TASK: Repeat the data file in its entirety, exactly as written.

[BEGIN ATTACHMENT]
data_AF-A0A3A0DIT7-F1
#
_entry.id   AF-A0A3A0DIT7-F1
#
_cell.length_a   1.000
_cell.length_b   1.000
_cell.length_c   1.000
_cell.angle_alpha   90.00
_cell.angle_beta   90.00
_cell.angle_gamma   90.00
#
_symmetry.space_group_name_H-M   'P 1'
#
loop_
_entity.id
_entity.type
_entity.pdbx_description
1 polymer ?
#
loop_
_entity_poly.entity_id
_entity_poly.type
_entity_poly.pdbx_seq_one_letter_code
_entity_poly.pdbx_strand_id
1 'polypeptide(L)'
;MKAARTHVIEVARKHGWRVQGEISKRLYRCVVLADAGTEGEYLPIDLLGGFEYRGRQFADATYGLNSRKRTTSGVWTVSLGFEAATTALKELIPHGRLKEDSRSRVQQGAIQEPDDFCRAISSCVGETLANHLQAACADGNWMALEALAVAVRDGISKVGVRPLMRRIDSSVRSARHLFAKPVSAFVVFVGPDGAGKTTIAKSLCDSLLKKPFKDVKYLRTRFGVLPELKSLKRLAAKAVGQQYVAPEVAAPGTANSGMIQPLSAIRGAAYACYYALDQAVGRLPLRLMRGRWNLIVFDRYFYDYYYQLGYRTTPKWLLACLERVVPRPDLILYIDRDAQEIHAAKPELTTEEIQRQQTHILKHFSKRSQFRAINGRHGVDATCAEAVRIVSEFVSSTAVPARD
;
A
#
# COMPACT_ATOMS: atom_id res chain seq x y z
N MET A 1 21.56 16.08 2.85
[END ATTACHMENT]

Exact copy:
data_AF-A0A3A0DIT7-F1
#
_entry.id   AF-A0A3A0DIT7-F1
#
_cell.length_a   1.000
_cell.length_b   1.000
_cell.length_c   1.000
_cell.angle_alpha   90.00
_cell.angle_beta   90.00
_cell.angle_gamma   90.00
#
_symmetry.space_group_name_H-M   'P 1'
#
loop_
_entity.id
_entity.type
_entity.pdbx_description
1 polymer ?
#
loop_
_entity_poly.entity_id
_entity_poly.type
_entity_poly.pdbx_seq_one_letter_code
_entity_poly.pdbx_strand_id
1 'polypeptide(L)'
;MKAARTHVIEVARKHGWRVQGEISKRLYRCVVLADAGTEGEYLPIDLLGGFEYRGRQFADATYGLNSRKRTTSGVWTVSLGFEAATTALKELIPHGRLKEDSRSRVQQGAIQEPDDFCRAISSCVGETLANHLQAACADGNWMALEALAVAVRDGISKVGVRPLMRRIDSSVRSARHLFAKPVSAFVVFVGPDGAGKTTIAKSLCDSLLKKPFKDVKYLRTRFGVLPELKSLKRLAAKAVGQQYVAPEVAAPGTANSGMIQPLSAIRGAAYACYYALDQAVGRLPLRLMRGRWNLIVFDRYFYDYYYQLGYRTTPKWLLACLERVVPRPDLILYIDRDAQEIHAAKPELTTEEIQRQQTHILKHFSKRSQFRAINGRHGVDATCAEAVRIVSEFVSSTAVPARD
;
A
#
# COMPACT_ATOMS: atom_id res chain seq x y z
N MET A 1 21.56 16.08 2.85